Training for the Small Shop

A structured curriculum for new employees is paramount to getting the most out of your new help.

By Deborah Jones, Contributing Writer

Instruct trainees on the proper thread path from the cone to the needle, as well as tensioning basics.

September 5, 2014

In a small embroidery shop setting, we don’t often recruit help when we need it; rather, we recruit help when we’re desperate for it.

We keep thinking we’ll get caught up on our orders after completing the next job. When we finally get around to admitting that we need help, we want new employees to jump right in. On-the-job training is a must for small shops, but that doesn’t mean it should be trial by fire.

A structured training curriculum increases the odds that a newer employee can help in most areas where assistance may be needed more quickly.

A small-shop trainee may need to be more of an “all-rounder” rather than dedicated to a specific operation. Such would be the case in large shops, which often have trimming and finishing personnel who move up to be trained on the embroidery machine. This builds a more gradual understanding of the embroidery process for the trainee and allows more time for that person to be assessed.

Here are some guiding principles, as well as training curriculum suggestions, to remember when you decide to stop putting off getting some real help.

1. Select your trainee carefully and establish a trial period. Characteristics to look for in a candidate include multitasking ability, curiosity and determination. Even so, not every promising candidate will make a great employee. Some have plenty of drive and enthusiasm at first, but turn into “30-day wonders” after the first month — or less.

That’s why a reasonable and clearly defined trial period is recommended. I think 90 days is a sensible amount of time for both parties to decide whether the arrangement is a good fit.

2. Don’t appear rushed when training. This could foster the idea that you place more value on speed than other production aspects, like quality. While you should emphasize efficiency, always take your time when instructing, answering questions thoughtfully and completely.

3. Break up training materials into easily digestible chunks that follow a logical order. It can be tempting for the trainee and trainer alike to jump full steam ahead to the embroidery machine. But it’s best to work up to that, developing measureable skill sets along the way.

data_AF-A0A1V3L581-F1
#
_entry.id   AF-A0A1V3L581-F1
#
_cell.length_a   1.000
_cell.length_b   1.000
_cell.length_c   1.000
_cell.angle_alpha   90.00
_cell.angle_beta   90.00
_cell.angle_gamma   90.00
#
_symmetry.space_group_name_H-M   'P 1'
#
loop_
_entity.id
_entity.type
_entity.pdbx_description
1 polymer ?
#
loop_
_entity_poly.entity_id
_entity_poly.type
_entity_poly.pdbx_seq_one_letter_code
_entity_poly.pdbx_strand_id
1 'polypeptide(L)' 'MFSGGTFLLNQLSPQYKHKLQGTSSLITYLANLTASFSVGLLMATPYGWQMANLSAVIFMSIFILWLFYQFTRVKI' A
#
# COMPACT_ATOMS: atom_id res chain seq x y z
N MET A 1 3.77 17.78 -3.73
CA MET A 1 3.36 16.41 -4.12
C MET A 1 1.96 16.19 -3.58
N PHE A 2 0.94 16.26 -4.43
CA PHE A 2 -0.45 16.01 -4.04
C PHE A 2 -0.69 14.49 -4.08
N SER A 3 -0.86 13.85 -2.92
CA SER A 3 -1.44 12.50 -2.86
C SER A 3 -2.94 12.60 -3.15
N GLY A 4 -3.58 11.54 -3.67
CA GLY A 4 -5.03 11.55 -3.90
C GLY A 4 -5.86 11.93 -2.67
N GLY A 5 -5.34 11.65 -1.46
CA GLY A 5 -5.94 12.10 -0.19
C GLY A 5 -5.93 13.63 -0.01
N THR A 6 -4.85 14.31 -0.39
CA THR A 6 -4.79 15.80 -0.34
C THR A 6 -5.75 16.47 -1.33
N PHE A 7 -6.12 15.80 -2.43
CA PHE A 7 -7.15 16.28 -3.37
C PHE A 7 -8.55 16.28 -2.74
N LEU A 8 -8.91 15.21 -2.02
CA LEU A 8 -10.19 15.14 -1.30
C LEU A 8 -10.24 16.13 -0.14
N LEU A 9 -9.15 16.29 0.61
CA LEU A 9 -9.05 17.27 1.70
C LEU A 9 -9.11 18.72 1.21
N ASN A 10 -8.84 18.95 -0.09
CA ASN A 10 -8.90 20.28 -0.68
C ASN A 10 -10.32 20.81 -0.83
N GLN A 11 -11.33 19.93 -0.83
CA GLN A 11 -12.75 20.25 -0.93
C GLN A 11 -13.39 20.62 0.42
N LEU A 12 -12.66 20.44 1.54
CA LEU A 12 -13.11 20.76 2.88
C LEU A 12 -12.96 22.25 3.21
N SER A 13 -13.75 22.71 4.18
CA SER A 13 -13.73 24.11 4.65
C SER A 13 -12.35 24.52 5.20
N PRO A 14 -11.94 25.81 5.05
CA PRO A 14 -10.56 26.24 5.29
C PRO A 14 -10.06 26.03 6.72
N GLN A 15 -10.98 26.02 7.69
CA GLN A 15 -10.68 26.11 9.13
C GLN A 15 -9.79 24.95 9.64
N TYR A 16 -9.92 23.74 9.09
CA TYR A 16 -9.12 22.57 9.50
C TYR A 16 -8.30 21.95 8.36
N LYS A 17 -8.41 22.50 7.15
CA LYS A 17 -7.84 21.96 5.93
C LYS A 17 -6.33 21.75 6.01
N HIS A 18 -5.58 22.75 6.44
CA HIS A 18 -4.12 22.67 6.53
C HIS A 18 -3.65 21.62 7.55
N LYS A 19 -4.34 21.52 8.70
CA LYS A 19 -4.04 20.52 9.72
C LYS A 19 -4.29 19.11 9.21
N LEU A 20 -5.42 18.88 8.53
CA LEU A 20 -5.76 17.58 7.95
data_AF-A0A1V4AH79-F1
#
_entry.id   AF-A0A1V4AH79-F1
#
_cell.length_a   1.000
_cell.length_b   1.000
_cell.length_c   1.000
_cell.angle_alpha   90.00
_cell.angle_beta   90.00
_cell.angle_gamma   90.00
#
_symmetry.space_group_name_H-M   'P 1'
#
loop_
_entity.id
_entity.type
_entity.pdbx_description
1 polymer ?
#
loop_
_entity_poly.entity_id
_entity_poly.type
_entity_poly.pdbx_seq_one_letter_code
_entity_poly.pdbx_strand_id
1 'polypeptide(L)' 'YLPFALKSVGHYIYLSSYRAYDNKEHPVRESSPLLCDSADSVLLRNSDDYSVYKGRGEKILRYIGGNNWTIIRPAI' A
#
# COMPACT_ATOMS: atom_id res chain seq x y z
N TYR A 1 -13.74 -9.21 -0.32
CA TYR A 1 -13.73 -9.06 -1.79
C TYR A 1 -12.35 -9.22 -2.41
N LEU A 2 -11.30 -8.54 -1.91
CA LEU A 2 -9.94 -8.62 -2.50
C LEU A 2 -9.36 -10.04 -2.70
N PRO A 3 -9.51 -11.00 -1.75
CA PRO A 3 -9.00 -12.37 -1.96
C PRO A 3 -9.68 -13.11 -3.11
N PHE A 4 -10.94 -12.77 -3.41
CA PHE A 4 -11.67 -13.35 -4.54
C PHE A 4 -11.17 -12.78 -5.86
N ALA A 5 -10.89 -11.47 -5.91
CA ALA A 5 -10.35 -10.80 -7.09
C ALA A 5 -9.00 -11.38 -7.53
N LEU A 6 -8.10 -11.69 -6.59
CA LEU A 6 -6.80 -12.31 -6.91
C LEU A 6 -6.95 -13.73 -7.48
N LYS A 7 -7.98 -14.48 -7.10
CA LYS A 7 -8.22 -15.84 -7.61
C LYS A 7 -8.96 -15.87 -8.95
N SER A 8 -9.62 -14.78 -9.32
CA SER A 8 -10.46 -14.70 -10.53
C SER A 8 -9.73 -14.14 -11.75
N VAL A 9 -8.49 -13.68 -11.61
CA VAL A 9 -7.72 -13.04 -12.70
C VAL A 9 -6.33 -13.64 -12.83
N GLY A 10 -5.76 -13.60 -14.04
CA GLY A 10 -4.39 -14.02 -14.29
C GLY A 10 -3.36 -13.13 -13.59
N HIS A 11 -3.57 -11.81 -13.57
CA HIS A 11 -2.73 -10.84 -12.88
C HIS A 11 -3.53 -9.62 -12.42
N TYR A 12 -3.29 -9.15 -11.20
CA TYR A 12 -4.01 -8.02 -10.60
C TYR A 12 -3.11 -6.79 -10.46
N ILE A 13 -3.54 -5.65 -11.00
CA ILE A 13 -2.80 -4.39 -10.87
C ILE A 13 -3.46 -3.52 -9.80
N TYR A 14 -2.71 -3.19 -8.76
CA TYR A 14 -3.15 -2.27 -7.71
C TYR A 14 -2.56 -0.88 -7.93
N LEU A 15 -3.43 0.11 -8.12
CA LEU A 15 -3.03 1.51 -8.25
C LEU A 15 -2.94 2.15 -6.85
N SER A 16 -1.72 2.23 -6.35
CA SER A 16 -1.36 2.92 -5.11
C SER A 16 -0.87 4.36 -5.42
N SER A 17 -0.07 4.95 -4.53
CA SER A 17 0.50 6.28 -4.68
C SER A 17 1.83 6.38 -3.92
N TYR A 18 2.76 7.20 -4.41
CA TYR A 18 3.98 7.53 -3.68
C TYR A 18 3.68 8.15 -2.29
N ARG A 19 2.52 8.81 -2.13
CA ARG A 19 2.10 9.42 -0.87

4. Make sure the trainee truly understands the lesson. Many times, trainees will say they understand simply to please the trainer. After demonstrating a principle or procedure, make sure it has been absorbed by asking the trainee to demonstrate or explain the idea. Be friendly, but don’t perpetuate misinformation. If the trainee doesn’t get it quite right, clarify the information immediately.

5. Make sure all employees know techniques used in the shop. When you have multiple employees, take measures to ensure your shop doesn’t fall victim to the “Queen Bee syndrome.” If one employee insists on being the only one to perform certain tasks or embroider certain jobs, nip it in the bud.

Finishing is a great place for any embroidery shop trainee to start because that person’s help will make an immediate and — hopefully positive — impact. Poor throughput often is the impetus for adding an employee, so increasing finishing capacity usually results in quicker turnarounds on orders.

Just because the trainee isn’t operating equipment yet doesn’t mean you should gloss over training in this area. There is great opportunity to understand how practices at the machine affect the final product when performing finishing tasks.

Trapped threads, exposed bobbin thread and other finishing challenges can be avoided at the machine. Trainees who have performed finishing tasks usually are quick to recognize and avoid practices at the machine that lead to a lengthy finishing process.

Skill sets taught include: trimming remaining thread tails or missed trims; removing tearaway stabilizer, water-soluble topping and cutaway stabilizer; embroidery removal; and folding and bagging.

Hooping and backing selection also is important. If the trainee started by performing finishing tasks, that person should have developed an understanding of backings in the process. For example, the trainee may notice that knit shirts always have cutaway stabilizer, towels have water-soluble topping and so on.

Explain the finer points of stabilizer selection by providing an explanation of when and why each stabilizer is used. The rules aren’t hard and fast, but it’s helpful to provide a printed reference chart.

Hooping is an important skill and sufficient time must be spent on this. Never tell a trainee her hooping is good if you really believe she could do better. This is a skill that must be practiced to do well, so allow the trainee plenty of opportunity to practice, and make sure you give feedback.

When it comes to needle selection and changes, instruct the trainee about blade sizes and point types, as well as symptoms that indicate the needle point has deteriorated. Teach the necessary procedure that must be followed for changing a needle. Be sure to caution your trainee about loosening the needle set screw too much, allowing the presser foot to become detached.

Following are a few areas of importance regarding thread for your training curriculum:

Thread Type: Educate the trainee about the kind of thread your shop uses. Talk about the fiber type and explain why you chose it for your particular work.